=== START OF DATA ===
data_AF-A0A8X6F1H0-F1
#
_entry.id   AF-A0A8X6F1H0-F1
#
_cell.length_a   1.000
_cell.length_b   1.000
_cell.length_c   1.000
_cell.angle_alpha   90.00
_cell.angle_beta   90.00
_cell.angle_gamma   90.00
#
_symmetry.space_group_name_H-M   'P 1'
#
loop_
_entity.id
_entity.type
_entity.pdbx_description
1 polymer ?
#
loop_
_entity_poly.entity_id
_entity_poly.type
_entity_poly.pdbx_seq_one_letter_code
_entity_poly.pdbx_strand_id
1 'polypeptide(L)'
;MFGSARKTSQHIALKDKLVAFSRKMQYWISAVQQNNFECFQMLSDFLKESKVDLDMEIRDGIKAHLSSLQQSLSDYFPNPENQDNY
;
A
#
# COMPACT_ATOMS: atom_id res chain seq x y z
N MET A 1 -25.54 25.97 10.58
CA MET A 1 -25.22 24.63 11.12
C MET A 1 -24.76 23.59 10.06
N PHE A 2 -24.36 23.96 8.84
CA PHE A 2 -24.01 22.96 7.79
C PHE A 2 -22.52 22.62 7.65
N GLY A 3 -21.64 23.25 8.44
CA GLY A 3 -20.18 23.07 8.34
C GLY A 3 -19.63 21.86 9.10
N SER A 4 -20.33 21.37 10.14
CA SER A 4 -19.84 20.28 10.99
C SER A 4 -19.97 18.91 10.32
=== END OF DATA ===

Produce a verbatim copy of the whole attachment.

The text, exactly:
data_AF-A0A8X6F1H0-F1
#
_entry.id   AF-A0A8X6F1H0-F1
#
_cell.length_a   1.000
_cell.length_b   1.000
_cell.length_c   1.000
_cell.angle_alpha   90.00
_cell.angle_beta   90.00
_cell.angle_gamma   90.00
#
_symmetry.space_group_name_H-M   'P 1'
#
loop_
_entity.id
_entity.type
_entity.pdbx_description
1 polymer ?
#
loop_
_entity_poly.entity_id
_entity_poly.type
_entity_poly.pdbx_seq_one_letter_code
_entity_poly.pdbx_strand_id
1 'polypeptide(L)'
;MFGSARKTSQHIALKDKLVAFSRKMQYWISAVQQNNFECFQMLSDFLKESKVDLDMEIRDGIKAHLSSLQQSLSDYFPNPENQDNY
;
A
#
# COMPACT_ATOMS: atom_id res chain seq x y z
N MET A 1 -25.54 25.97 10.58
CA MET A 1 -25.22 24.63 11.12
C MET A 1 -24.76 23.59 10.06
N PHE A 2 -24.36 23.96 8.84
CA PHE A 2 -24.01 22.96 7.79
C PHE A 2 -22.52 22.62 7.65
N GLY A 3 -21.64 23.25 8.44
CA GLY A 3 -20.18 23.07 8.34
C GLY A 3 -19.63 21.86 9.10
N SER A 4 -20.33 21.37 10.14
CA SER A 4 -19.84 20.28 10.99
C SER A 4 -19.97 18.91 10.32